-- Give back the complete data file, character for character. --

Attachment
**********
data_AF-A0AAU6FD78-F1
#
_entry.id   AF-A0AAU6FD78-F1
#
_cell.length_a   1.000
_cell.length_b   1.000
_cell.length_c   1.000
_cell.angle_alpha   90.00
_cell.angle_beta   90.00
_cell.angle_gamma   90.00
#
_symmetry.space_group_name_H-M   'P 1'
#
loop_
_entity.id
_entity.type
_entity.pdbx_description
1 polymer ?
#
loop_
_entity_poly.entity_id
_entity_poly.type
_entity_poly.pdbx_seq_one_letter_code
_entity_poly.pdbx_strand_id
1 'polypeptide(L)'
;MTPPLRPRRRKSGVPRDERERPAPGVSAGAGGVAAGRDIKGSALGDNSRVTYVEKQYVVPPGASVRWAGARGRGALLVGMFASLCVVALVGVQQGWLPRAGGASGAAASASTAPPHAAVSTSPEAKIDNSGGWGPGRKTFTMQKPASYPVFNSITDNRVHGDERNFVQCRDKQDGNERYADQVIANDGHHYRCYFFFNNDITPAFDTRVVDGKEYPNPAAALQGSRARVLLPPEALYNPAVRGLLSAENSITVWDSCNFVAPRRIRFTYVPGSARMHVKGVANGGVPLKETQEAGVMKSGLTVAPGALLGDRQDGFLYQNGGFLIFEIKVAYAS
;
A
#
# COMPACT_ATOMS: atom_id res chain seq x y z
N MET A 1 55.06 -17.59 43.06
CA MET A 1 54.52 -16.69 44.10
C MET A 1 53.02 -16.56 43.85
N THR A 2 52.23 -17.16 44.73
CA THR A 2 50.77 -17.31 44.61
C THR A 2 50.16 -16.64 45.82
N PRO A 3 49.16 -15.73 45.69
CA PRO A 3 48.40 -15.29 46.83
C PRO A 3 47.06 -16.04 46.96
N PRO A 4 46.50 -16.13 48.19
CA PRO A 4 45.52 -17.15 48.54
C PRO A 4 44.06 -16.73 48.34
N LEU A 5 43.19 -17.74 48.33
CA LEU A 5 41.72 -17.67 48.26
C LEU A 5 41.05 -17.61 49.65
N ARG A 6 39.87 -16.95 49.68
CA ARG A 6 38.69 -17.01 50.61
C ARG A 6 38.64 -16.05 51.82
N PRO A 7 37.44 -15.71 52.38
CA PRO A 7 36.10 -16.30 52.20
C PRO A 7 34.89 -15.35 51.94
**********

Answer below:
data_AF-A0AAU6FD78-F1
#
_entry.id   AF-A0AAU6FD78-F1
#
_cell.length_a   1.000
_cell.length_b   1.000
_cell.length_c   1.000
_cell.angle_alpha   90.00
_cell.angle_beta   90.00
_cell.angle_gamma   90.00
#
_symmetry.space_group_name_H-M   'P 1'
#
loop_
_entity.id
_entity.type
_entity.pdbx_description
1 polymer ?
#
loop_
_entity_poly.entity_id
_entity_poly.type
_entity_poly.pdbx_seq_one_letter_code
_entity_poly.pdbx_strand_id
1 'polypeptide(L)'
;MTPPLRPRRRKSGVPRDERERPAPGVSAGAGGVAAGRDIKGSALGDNSRVTYVEKQYVVPPGASVRWAGARGRGALLVGMFASLCVVALVGVQQGWLPRAGGASGAAASASTAPPHAAVSTSPEAKIDNSGGWGPGRKTFTMQKPASYPVFNSITDNRVHGDERNFVQCRDKQDGNERYADQVIANDGHHYRCYFFFNNDITPAFDTRVVDGKEYPNPAAALQGSRARVLLPPEALYNPAVRGLLSAENSITVWDSCNFVAPRRIRFTYVPGSARMHVKGVANGGVPLKETQEAGVMKSGLTVAPGALLGDRQDGFLYQNGGFLIFEIKVAYAS
;
A
#
# COMPACT_ATOMS: atom_id res chain seq x y z
N MET A 1 55.06 -17.59 43.06
CA MET A 1 54.52 -16.69 44.10
C MET A 1 53.02 -16.56 43.85
N THR A 2 52.23 -17.16 44.73
CA THR A 2 50.77 -17.31 44.61
C THR A 2 50.16 -16.64 45.82
N PRO A 3 49.16 -15.73 45.69
CA PRO A 3 48.40 -15.29 46.83
C PRO A 3 47.06 -16.04 46.96
N PRO A 4 46.50 -16.13 48.19
CA PRO A 4 45.52 -17.15 48.54
C PRO A 4 44.06 -16.73 48.34
N LEU A 5 43.19 -17.74 48.33
CA LEU A 5 41.72 -17.67 48.26
C LEU A 5 41.05 -17.61 49.65
N ARG A 6 39.87 -16.95 49.68
CA ARG A 6 38.69 -17.01 50.61
C ARG A 6 38.64 -16.05 51.82
N PRO A 7 37.44 -15.71 52.38
CA PRO A 7 36.10 -16.30 52.20
C PRO A 7 34.89 -15.35 51.94